An associate of the Chatham House has exposed Nigerian politicians, past and present, no fewer than 344, linked to multi-billion choice properties in London and Dubai.
Added up, the 800 properties amount to $400m.
How they went about it, as revealed by Matthew Page, include payment of school fees, using proxies, relatives, couriers, and bureau de change.
Among the big shots named are: a Northwest governor; two former Deputy Presidents of the Senate; a former National Chairman of the Peoples Democratic Party (PDP); 15 former ministers; one judge; 14 police, security and military chiefs; lawmakers; five staff members in the Presidency; 11 officers of the Nigerian National Petroleum Corporation (NNPC); and 16 heads of departments and agencies.
Also on the list are 50 businessmen serving as fronts for Politically Exposed Persons (PEPs); 158 suspected PEP proxies; and 13 known Nigerian law enforcement agency suspects.
Page on Tuesday presented these during in a presentation at a training session by the Independent Corrupt Practices and Other Related Offences Commission (ICPC).
The Zoom session was tagged “Capacity building for investigators on investigating Illicit Financial Flows (IFFs)”.
Page’s paper focused on such flows through the Real Estate and Education sectors: Implications for investigators.”
On laundering in Dubai, Page said it has been possible for high-profile Nigerians because of “global nexus of IFFs, accessibility, permeability, reliability and affordability.”
He said the UAE had also been “reluctant to cooperate and share information.”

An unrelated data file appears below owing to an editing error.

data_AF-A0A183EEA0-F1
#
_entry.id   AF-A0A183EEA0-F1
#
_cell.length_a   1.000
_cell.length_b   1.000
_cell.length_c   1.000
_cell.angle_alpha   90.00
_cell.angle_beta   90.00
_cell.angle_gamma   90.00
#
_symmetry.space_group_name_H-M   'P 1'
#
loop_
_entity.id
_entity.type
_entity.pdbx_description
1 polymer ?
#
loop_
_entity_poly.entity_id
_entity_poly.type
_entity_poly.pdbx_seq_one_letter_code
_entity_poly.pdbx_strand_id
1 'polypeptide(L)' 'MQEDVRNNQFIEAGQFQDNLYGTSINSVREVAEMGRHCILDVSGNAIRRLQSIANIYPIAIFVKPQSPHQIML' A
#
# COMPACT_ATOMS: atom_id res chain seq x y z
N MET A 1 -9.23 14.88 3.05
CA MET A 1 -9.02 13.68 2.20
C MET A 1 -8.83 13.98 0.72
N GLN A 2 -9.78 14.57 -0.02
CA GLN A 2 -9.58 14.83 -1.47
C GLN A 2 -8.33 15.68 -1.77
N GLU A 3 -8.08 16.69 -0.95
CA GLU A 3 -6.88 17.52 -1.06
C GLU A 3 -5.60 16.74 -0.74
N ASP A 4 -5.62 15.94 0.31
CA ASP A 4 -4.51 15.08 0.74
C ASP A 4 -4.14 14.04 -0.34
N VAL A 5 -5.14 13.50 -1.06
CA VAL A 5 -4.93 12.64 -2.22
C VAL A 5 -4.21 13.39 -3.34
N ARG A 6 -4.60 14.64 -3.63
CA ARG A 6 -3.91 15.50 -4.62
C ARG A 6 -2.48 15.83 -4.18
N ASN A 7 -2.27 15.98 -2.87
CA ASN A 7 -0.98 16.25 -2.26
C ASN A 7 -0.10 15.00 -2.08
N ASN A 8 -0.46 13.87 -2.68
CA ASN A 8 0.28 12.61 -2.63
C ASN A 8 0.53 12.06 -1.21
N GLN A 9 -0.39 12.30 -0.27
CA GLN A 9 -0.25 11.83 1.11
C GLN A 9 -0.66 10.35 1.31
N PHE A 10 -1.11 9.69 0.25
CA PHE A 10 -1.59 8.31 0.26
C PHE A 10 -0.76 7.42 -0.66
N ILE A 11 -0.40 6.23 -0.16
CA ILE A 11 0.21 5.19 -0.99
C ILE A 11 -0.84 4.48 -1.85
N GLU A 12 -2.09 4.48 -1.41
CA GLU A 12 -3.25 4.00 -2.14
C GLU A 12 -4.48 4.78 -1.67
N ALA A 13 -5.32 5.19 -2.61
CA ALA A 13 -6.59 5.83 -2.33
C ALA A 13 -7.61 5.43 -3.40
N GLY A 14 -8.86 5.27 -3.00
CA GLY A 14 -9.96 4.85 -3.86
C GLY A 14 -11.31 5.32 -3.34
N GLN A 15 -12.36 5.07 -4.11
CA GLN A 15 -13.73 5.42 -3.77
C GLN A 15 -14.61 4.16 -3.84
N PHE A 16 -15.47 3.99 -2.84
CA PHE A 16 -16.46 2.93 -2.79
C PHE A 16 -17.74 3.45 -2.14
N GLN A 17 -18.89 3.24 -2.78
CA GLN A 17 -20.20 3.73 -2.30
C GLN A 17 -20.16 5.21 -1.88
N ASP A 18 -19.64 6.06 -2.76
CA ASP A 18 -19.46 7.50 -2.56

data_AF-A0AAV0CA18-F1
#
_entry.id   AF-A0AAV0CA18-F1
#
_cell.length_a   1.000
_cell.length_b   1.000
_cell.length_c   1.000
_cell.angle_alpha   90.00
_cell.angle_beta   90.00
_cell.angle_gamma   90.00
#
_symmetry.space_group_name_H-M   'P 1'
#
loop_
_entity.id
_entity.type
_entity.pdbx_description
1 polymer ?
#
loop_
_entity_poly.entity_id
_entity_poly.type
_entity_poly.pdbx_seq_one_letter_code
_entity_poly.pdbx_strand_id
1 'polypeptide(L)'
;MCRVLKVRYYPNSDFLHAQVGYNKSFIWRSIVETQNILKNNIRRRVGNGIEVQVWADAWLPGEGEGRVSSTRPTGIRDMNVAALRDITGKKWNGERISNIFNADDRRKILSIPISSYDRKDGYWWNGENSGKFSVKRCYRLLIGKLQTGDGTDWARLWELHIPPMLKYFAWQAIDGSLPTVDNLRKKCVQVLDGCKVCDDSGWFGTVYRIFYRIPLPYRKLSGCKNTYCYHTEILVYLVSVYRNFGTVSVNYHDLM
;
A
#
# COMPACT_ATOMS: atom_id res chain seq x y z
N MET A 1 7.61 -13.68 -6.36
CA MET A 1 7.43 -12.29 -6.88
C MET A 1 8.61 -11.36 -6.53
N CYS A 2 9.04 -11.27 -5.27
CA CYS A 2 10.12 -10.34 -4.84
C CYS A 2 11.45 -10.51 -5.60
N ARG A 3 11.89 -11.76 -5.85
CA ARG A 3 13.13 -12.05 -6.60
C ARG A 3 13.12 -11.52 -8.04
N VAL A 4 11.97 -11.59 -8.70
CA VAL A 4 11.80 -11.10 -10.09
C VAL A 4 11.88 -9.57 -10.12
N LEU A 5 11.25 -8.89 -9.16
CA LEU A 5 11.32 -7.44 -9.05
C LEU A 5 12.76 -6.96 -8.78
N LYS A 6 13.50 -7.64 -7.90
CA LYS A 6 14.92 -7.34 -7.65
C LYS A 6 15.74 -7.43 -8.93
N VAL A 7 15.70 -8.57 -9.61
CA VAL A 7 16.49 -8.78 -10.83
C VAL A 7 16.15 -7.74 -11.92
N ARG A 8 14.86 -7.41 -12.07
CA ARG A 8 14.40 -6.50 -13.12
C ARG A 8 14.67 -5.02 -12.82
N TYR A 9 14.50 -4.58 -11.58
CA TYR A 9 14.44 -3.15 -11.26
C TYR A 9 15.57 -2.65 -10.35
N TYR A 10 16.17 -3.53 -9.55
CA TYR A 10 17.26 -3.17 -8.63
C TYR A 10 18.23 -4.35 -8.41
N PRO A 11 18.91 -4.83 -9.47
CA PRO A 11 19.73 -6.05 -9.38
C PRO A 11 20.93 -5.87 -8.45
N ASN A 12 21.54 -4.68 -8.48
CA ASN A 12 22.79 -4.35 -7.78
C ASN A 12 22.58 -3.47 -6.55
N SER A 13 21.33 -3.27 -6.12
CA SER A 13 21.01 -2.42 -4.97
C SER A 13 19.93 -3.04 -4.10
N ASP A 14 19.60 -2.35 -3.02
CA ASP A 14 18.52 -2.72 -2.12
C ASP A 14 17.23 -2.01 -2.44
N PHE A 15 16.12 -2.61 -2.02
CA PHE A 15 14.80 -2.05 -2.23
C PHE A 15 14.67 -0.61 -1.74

Further exposing the politicians, Page said a serving governor in the Northwest has eight Dubai properties ($5million), a former PDP national chairman acquired 11 Dubai and two London homes at $18million.
He said a former Deputy Senate President secured 14 Dubai properties at $12million and one of his successors bought eight Dubai assets and three UK properties at $15million.
He asked anti-corruption investigators in Nigeria to “examine bank transfers to Dubai, verify asset declarations, and investigate middlemen and property marketers.”
Citing those who have beaten the system, the investigator gave six examples of how top Nigerians allegedly used payment of school fees to launder money:
“Former Plateau State Governor Joshua Dariye was charged with corruption in 2007 and convicted in 2018. Despite facing corruption charges, he was able to send his children to UK boarding schools and universities. His children have not been implicated in any wrongdoing.) Estimated Fees Paid: £240,000+
“A senior Nigerian legislator who has been a career politician for the last 25 years had children attending independent British schools and universities. The politician also owns several high-end properties in United Kingdom. Estimated Fees paid: £665,000+
“In 2012, a British court convicted former Delta Sate governor James Ibori of fraud and money laundering. Despite this conviction, he continued to send his children to UK schools and universities. (Note: His children have not been implicated in any wrongdoing.) Estimated Fees paid: £286,000+
“A prominent career politician from Northern Nigeria with minimal income outside official earnings sent several children to UK private schools and universities. The politician’s spouse allegedly owns high-end property in the United Kingdom. Estimated Fees paid: £861,000+”
“A career Nigerian politician who has served in various government positions over two decades sent children to top British boarding schools and universities .The politician also owns high-end property in the United Kingdom. Estimated Fees paid: £447000+
“A prominent career politician from Southern Nigeria sent multiple children to top British boarding schools and universities. The politician also owns luxury property in the United Kingdom. Estimated Fees paid: £343,000+.”